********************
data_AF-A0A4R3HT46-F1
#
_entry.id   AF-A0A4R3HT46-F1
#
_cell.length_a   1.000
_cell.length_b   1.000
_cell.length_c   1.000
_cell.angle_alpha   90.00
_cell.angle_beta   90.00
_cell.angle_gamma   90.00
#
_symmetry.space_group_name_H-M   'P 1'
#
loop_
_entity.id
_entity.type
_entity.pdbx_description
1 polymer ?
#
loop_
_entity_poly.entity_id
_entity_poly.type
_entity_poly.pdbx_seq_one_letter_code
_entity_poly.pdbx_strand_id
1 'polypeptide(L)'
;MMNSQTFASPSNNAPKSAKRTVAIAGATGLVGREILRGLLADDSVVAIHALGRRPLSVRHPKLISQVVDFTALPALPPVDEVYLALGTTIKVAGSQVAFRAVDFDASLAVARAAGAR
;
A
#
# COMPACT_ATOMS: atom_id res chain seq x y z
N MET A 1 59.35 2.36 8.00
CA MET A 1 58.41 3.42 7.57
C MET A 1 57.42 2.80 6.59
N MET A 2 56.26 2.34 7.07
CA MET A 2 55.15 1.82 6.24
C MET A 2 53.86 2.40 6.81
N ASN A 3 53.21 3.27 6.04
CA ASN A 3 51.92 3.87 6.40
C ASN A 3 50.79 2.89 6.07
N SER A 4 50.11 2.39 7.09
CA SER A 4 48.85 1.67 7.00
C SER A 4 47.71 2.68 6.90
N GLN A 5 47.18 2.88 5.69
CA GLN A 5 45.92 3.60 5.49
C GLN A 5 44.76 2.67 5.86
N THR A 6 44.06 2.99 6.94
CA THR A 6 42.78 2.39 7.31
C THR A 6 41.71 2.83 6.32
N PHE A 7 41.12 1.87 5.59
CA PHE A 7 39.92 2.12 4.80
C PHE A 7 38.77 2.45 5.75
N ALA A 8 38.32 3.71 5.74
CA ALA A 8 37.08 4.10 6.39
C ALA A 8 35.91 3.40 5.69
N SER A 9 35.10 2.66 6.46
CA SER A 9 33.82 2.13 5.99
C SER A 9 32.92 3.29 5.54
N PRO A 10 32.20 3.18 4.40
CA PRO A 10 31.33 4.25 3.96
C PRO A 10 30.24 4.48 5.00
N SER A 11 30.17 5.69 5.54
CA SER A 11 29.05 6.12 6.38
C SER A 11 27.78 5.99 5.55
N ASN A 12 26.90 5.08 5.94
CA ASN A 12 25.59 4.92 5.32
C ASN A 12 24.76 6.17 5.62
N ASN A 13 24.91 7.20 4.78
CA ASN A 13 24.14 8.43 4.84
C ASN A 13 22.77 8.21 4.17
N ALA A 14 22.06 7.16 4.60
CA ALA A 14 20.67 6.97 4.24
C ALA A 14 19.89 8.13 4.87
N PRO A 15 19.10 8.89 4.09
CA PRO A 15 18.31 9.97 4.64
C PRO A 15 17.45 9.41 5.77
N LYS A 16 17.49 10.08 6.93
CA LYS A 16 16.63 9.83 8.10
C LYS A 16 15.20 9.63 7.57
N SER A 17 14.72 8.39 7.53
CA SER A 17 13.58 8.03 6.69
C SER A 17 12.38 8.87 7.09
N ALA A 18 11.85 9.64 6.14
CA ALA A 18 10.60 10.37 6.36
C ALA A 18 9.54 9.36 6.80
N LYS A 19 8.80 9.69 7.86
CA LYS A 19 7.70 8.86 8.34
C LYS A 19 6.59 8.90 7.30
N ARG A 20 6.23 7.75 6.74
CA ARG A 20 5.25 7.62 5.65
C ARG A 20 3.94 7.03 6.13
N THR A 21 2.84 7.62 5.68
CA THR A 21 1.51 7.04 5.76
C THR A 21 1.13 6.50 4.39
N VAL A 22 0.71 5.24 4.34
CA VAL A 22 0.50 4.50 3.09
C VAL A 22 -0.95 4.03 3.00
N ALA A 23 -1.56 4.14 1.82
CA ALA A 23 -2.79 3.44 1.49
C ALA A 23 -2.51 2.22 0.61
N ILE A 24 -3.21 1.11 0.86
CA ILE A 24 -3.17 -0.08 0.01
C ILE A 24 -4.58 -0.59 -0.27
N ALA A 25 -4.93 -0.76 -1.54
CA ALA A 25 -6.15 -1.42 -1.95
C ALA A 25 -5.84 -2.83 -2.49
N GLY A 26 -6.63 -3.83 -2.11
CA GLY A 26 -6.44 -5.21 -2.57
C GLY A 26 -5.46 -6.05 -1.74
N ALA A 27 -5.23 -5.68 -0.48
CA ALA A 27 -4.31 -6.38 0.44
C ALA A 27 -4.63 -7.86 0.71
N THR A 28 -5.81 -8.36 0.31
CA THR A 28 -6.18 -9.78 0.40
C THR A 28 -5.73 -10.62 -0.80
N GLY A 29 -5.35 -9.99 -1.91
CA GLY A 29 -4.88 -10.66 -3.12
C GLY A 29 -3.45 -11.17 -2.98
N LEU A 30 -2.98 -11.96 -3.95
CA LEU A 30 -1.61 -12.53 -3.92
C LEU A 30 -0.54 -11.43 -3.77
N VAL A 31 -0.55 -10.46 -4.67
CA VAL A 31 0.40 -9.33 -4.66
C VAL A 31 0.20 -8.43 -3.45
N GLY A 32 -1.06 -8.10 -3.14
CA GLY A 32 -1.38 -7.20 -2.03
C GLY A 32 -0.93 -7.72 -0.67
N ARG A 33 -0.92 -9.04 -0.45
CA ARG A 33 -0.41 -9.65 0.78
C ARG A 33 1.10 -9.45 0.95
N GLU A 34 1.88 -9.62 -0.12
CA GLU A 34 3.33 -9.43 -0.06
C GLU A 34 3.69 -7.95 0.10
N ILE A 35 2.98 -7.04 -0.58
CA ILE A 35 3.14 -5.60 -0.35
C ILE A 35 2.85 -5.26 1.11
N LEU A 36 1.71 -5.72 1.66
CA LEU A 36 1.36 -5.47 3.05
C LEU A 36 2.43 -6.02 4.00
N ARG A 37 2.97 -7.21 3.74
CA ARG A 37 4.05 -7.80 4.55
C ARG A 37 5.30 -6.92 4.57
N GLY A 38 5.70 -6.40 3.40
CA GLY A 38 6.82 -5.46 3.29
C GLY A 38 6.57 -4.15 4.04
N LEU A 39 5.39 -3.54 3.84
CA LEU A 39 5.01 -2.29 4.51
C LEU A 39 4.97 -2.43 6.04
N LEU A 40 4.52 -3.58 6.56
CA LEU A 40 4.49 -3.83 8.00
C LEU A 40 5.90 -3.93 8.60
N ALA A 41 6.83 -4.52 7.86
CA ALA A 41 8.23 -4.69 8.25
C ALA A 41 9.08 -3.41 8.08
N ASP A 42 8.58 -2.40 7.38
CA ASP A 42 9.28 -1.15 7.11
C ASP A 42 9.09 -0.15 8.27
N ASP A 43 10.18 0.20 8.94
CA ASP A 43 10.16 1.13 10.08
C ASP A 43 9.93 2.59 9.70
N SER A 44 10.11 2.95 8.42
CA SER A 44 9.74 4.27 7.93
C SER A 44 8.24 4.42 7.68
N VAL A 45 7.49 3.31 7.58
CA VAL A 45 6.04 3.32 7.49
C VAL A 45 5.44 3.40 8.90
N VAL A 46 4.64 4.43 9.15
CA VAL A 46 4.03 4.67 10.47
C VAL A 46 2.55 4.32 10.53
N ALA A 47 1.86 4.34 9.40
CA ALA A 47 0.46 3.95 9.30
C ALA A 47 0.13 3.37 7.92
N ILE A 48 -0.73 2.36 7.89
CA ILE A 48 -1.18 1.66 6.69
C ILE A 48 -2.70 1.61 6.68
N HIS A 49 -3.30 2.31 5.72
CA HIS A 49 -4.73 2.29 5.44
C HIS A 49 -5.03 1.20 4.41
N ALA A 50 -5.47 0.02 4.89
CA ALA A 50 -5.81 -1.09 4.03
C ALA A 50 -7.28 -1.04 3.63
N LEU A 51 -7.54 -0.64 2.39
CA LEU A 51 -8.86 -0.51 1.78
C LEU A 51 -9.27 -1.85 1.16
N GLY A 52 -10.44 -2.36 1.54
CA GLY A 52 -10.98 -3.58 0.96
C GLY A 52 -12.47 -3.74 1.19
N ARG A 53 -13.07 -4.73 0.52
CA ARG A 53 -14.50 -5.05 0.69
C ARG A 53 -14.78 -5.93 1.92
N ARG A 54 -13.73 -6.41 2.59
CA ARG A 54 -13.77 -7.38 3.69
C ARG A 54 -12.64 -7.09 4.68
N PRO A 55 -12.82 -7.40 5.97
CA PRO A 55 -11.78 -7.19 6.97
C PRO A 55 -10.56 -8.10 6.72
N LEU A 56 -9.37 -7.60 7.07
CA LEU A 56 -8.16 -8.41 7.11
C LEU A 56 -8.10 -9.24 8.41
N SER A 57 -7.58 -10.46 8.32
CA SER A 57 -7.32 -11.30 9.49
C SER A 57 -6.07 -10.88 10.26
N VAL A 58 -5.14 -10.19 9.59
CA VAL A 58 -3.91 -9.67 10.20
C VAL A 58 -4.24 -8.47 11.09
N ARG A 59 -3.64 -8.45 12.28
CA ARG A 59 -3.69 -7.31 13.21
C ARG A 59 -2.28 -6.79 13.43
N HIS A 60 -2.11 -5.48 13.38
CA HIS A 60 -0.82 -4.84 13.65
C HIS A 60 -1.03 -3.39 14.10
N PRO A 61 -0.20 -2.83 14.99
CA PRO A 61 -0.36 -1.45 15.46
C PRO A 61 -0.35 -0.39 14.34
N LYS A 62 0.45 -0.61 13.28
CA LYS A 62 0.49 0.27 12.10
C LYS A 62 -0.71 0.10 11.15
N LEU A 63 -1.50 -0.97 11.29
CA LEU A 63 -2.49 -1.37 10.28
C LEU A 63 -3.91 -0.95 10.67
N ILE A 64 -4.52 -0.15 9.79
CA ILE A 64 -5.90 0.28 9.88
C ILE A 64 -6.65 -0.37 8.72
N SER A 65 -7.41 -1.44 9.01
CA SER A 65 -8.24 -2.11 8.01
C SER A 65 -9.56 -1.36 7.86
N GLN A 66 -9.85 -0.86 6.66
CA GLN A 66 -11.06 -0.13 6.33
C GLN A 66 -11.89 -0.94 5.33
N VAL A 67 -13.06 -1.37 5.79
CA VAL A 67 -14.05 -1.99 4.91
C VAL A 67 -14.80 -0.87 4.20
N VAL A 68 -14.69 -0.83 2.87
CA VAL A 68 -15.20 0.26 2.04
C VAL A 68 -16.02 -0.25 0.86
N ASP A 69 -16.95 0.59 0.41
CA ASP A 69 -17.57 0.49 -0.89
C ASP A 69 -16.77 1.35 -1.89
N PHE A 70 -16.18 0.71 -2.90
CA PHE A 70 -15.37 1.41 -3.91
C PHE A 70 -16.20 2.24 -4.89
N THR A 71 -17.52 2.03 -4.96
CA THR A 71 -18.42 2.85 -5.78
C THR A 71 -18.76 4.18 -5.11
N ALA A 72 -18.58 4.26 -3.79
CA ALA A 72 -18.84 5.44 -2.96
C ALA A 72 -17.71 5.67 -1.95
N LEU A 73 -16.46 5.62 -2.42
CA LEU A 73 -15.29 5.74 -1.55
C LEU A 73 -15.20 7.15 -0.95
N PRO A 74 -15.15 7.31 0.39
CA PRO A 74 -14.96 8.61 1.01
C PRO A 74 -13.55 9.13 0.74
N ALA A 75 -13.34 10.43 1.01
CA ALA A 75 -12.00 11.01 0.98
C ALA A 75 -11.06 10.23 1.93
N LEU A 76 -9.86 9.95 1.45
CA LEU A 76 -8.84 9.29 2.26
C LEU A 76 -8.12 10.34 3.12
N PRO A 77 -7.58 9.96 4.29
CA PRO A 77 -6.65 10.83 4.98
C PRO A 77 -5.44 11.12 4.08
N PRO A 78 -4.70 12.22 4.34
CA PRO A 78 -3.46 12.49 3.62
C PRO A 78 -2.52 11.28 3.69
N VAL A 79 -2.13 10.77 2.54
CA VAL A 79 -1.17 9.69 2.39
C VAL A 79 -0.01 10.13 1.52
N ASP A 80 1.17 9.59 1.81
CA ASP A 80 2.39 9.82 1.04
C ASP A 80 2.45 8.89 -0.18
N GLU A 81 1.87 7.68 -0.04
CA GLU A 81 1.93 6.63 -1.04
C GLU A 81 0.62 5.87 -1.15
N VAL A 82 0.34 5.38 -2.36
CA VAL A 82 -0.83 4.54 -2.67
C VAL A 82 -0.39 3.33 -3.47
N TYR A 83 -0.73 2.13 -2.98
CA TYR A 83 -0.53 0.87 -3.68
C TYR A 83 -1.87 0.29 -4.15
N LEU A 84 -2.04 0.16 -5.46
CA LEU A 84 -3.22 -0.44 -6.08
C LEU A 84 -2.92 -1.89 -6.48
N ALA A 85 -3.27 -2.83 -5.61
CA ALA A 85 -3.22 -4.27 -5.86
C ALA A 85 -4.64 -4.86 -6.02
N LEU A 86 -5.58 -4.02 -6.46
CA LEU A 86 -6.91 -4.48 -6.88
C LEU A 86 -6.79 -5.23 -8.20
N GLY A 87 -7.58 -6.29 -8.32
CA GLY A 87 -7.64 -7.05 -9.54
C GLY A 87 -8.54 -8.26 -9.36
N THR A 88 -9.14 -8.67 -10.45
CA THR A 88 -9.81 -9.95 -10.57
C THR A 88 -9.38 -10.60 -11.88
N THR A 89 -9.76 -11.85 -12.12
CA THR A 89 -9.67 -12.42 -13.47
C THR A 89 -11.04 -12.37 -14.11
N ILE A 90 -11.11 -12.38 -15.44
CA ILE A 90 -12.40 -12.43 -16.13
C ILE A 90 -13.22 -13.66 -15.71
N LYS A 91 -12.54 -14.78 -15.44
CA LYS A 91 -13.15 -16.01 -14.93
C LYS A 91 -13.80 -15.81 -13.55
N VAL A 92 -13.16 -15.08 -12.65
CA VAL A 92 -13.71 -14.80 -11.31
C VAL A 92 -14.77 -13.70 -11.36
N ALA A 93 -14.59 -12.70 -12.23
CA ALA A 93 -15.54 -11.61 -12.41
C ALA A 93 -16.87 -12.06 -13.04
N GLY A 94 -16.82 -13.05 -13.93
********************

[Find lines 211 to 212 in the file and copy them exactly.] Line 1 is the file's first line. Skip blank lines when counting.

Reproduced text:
N PRO A 61 -0.20 -2.83 14.99
CA PRO A 61 -0.36 -1.45 15.46